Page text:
The previously unheard style of reality/gangsta rap had a distinct West Coast flavor that was born and bred across neighborhoods through South Los Angeles. N.W.A’s lyrics laid against stylized beats would simultaneously repel and galvanize the music game. What set N.W.A apart from East Coast rappers was their visceral, no-holds-barred social commentary, which at times melded straight-up candor with bawdy gallows humor about black urban life.
This trailblazing combination is what appealed to Ice Cube about the group. “At the time, I looked at our music as our only weapon and our only way to bring some attention to the ’hood,” he states. “Other than the little blips on the news, nobody really knew or cared about what was going on with the LAPD or the rock problem all around us. The political aspects of the records turned me on just as much as the gangster aspect, just as much as the flowing beats and rhymes. But we also made a point to lace our music with some comedy because we laughed at shit that would make most people cry. Everything we had going on excited me about being a part of N.W.A.”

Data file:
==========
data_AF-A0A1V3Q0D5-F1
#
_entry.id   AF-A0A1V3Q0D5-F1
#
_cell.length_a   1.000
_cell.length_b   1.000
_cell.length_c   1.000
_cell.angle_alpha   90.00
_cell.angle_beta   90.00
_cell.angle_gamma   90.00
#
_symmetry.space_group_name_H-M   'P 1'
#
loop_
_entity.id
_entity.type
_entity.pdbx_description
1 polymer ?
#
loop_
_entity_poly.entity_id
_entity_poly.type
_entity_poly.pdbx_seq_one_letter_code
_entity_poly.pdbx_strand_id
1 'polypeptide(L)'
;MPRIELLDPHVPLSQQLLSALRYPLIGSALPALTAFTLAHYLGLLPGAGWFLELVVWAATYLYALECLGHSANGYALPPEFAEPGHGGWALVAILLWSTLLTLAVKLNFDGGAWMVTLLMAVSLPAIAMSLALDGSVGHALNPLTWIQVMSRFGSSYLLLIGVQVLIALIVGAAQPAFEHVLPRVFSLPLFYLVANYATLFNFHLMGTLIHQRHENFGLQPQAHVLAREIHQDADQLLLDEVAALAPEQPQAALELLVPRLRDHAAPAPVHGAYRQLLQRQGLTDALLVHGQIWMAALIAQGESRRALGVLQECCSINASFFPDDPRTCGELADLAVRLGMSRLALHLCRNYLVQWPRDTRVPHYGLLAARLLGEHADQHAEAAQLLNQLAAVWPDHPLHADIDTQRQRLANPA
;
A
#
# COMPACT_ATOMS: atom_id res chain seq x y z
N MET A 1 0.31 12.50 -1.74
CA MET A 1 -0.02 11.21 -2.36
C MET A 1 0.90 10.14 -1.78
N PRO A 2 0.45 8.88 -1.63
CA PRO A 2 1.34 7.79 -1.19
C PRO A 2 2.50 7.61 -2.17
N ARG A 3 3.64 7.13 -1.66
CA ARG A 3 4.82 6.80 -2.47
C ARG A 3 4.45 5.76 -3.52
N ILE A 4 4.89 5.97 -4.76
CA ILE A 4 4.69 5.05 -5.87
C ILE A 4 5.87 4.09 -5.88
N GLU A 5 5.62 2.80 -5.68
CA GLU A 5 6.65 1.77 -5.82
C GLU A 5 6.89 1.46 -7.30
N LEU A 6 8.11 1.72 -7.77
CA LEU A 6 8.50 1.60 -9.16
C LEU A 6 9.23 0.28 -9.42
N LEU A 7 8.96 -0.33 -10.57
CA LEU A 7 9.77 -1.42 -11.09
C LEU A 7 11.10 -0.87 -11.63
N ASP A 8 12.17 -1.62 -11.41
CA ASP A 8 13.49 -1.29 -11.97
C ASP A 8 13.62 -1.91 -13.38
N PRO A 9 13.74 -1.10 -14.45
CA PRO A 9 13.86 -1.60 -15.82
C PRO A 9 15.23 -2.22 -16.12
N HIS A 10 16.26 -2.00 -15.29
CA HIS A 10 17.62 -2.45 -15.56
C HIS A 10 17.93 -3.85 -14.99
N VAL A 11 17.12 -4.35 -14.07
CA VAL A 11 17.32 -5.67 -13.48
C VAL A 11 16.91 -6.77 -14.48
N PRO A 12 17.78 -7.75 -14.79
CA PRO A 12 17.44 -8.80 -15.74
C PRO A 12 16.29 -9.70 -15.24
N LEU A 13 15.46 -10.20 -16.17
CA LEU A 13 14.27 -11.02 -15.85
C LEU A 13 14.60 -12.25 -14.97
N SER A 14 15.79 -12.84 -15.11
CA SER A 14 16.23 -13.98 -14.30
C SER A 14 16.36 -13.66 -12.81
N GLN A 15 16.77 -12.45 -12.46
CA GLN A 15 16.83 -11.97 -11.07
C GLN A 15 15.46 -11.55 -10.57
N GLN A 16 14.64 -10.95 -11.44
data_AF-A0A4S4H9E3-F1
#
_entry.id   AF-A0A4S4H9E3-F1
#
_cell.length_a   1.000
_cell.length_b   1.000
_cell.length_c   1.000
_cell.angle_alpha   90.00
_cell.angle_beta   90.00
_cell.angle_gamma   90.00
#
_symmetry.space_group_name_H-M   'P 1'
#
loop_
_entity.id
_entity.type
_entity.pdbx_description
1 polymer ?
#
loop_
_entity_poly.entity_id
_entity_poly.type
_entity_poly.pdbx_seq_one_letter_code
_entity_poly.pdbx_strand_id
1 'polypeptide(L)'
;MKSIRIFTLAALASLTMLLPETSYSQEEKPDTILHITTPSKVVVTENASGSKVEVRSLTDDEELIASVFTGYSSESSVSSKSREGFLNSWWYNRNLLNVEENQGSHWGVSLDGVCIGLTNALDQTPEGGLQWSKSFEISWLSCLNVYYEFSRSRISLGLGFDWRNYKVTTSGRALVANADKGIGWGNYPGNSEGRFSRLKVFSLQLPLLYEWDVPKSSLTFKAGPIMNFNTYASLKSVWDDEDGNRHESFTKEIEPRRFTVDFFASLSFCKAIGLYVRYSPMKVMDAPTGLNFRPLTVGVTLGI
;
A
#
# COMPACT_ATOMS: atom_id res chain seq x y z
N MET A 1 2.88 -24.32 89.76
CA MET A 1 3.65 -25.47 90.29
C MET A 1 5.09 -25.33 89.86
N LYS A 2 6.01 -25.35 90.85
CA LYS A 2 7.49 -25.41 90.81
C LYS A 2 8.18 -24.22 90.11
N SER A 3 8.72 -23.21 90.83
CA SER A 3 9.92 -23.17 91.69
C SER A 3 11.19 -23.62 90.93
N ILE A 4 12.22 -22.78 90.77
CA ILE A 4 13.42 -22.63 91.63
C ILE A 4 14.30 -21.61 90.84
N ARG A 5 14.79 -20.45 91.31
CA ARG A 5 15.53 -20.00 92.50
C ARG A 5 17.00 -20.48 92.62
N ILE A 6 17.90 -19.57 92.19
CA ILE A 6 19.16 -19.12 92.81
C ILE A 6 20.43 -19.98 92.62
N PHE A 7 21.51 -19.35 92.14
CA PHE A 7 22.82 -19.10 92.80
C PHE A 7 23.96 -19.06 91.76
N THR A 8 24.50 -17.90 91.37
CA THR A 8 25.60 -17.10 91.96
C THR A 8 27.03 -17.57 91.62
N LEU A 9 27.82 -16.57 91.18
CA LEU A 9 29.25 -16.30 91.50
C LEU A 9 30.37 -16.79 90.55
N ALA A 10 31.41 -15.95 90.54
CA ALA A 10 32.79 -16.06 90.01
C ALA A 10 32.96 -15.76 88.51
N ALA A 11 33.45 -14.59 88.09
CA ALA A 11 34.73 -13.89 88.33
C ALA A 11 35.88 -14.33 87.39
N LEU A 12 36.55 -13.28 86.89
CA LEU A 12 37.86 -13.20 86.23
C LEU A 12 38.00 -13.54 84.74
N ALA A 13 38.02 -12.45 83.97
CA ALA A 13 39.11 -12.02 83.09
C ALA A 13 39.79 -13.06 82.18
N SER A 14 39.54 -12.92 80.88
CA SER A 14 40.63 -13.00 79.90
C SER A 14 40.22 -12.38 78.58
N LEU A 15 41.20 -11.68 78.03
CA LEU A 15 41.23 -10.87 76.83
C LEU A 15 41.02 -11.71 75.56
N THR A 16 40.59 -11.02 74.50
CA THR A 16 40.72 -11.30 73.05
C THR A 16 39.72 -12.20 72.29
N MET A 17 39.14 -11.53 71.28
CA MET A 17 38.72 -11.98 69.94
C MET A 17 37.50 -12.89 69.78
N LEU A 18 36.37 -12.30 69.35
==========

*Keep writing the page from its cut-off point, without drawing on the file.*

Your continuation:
Their music was made for the people in their ’hood, and no one was more surprised than these five guys were when their music made it onto the airwaves. “Boyz-N-the-Hood” and the title song of the group’s 1988 debut album, “Straight Outta Compton,” were the country’s first introduction to N.W.A, and it evoked a wide range of emotional reaction: from recognition and intrigue to outrage and fear.